Height and lung cancer risk: A meta-analysis of observational studies

PLoS One. 2017 Sep 26;12(9):e0185316. doi: 10.1371/journal.pone.0185316. eCollection 2017.

Abstract

Background: The association between height and lung cancer risk has been investigated by epidemiological studies but the results are inconsistent. This meta-analysis was to evaluate whether the height is associated with lung cancer.

Methods: We identified relevant articles by searching the MEDLINE and EMBASE databases, and reviewed the reference lists of selected papers. A random effect model was used to calculate summary odds ratios (OR) and relative risk (RR) with 95% confidence intervals (95% CI). Publication bias was estimated using Egger's regression asymmetry test.

Results: We included a total 16 studies (15 prospective studies and one case-control study) on adult height and lung cancer risk in the meta-analysis. Overall, per 10-cm height increases were associated with increased risk of lung cancer (RR 1.06; 95% CI 1.03-1.09, I2 = 43.6%).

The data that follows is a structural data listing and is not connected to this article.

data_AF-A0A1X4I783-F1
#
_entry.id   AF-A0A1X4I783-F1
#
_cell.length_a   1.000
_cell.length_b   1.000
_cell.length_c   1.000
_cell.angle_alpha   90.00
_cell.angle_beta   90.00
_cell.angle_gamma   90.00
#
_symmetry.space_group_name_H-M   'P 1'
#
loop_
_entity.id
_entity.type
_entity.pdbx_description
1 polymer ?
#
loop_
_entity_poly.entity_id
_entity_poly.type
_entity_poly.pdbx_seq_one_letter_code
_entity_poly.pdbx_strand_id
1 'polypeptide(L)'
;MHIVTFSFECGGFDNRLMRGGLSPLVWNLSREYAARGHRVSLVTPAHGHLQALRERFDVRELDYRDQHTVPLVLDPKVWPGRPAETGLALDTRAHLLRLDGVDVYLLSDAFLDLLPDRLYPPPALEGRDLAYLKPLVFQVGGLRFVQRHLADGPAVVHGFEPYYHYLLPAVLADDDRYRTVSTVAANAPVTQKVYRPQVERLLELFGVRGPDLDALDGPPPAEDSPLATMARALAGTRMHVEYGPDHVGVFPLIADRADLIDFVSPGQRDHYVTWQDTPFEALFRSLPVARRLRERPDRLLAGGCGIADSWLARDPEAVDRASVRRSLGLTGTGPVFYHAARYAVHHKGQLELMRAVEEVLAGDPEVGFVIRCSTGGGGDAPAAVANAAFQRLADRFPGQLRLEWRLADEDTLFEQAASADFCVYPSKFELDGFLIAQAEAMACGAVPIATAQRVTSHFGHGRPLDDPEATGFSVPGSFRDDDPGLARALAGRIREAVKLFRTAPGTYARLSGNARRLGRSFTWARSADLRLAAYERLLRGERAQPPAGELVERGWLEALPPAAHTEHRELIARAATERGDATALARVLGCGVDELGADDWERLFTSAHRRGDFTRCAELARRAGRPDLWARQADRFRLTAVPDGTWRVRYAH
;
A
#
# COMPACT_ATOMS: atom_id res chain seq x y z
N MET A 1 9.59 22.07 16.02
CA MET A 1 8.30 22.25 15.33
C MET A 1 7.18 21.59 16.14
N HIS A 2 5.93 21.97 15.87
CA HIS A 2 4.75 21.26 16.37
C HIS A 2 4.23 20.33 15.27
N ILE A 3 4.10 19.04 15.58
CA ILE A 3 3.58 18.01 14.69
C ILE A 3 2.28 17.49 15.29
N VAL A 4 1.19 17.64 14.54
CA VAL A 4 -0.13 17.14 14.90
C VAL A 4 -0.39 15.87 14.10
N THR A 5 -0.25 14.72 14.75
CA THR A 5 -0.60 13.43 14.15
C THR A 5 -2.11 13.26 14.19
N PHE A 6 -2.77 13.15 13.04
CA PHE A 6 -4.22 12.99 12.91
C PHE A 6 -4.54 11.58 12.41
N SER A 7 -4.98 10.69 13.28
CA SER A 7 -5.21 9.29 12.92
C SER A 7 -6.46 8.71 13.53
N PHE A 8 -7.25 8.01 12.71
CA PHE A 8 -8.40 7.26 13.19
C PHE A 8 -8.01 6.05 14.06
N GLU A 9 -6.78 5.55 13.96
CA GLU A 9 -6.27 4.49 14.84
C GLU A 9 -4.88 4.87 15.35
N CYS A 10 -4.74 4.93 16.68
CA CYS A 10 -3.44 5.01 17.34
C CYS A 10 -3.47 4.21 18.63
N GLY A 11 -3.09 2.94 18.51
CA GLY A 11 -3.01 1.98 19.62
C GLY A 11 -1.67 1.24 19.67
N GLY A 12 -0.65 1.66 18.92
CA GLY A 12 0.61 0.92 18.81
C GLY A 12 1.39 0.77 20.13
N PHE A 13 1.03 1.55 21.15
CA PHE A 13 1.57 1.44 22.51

Conclusions: In this meta-analysis, high adult height is related to increased lung cancer risk. Well-designed, large prospective studies are required to obtain a better indication of the relationship.

Publication types

  • Meta-Analysis

MeSH terms

  • Body Height*
  • Humans
  • Lung Neoplasms / epidemiology*

Grant support

This work was supported by the National Natural Science Foundation of Jiangsu Province, China [grant numbers BK20160451 and BK20130456], and the Clinical Medicine Science and Technology Projects of Jiangsu Province, China [BL2012054].